Recent winning totals of -16, -20, -26, -22, -20, -19, -22, -20 and -22 highlight that the key to success in Illinois is two-fold: make copious amounts of birdies and minimise dropped shots. It's not rocket science! However dig a little deeper and across the past 4 renewals Ryan Moore, Jordan Spieth and Brian Harman have entered the tournament in the top 90 of birdie-makers. That's ok, but effectively only top third on Tour. Look at Bogey Avoidance and those ranks correlate to 9th (Spieth 2013), 27th (Harman), 3rd (Spieth 2015) and 90th (Moore 2016), highlighting that players need to be balanced in being able to attack but keep the card clean on tough par-4s like the 9th, 15th and certainly the 18th which traditionally plays as the hardest on the course.
It won't surprise in a tournament where 4 straight rounds of 66 is the target that streaky scorers dominate the contending positions. Ryan, Jordan, Zach and 'Mr John Deere' Steve Stricker are all excellent putters, but equally ball-strikers can contend and occasionally win. Sean O'Hair, Jhonattan Vegas, John Senden, Troy Matteson and Kyle Stanley are hardly outstanding when it comes to the flat stick, but excellent close approach play on enough holes can generate the volume of close birdie opportunities required to feature. Tour maidens like O'Hair, Senden, Brian Harman and famously Jordan Spieth have captured their first titles in this event, but in recent times course experience has been absolutely key to get over the finish line.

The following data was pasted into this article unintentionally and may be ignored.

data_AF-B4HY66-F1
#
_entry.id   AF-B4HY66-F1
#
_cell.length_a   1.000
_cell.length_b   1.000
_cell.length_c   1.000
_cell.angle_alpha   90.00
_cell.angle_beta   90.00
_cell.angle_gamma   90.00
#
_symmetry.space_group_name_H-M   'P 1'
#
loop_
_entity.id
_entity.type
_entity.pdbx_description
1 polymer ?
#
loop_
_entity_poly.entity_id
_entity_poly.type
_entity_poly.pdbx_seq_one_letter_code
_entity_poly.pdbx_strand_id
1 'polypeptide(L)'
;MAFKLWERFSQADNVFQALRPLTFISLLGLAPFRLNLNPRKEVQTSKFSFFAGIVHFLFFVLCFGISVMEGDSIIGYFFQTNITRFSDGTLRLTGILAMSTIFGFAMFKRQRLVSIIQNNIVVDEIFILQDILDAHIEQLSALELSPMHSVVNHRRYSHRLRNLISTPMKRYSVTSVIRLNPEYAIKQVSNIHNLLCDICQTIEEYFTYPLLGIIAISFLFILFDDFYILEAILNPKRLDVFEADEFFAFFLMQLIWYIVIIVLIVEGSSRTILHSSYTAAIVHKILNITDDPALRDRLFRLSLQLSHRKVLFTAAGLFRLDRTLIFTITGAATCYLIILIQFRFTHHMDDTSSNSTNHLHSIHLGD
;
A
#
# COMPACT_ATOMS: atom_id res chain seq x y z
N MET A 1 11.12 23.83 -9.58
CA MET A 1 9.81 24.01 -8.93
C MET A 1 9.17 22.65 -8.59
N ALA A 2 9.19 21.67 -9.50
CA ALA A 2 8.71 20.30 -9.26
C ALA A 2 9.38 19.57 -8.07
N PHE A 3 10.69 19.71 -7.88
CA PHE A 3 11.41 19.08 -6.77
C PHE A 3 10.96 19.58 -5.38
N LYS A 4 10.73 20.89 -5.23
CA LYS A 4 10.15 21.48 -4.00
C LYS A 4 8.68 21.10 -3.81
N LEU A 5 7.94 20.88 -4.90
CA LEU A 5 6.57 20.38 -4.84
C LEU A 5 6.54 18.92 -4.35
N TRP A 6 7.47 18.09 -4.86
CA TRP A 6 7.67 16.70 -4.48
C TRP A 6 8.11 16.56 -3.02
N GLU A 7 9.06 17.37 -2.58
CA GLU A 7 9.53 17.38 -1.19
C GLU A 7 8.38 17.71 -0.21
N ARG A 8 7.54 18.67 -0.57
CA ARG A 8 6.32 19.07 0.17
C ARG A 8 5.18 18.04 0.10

Bookmaker Offers: Latest offers and extended each-way places are detailed below.
My selections are as follows:
Turning the clock back 2 years to 2015, Jordan Spieth won this event in a play-off from Tom Gillis with the very much in-form Danny Lee and Zach Johnson only a shot behind. Spieth was a 4/1 shot, with Zach Johnson at 11/1 and Danny Lee 80/1. Looking back, Spieth was our Predictor Model Number 1 that week with a score that was 900 points higher than Zach Johnson in position 2 (Danny Lee was in 8th spot). Last year saw the Predictor highlight Ryan Moore in 5th spot at 25/1, plus Ricky Barnes (4th spot) at 125/1 which I also tipped - he finished T5. So at a tournament where a specific and consistent set of challenges has to be met year-in, year-out, I'm going to stick with 3 selections from the top 5 of this week's Predictor Model and Brian Harman leads the way.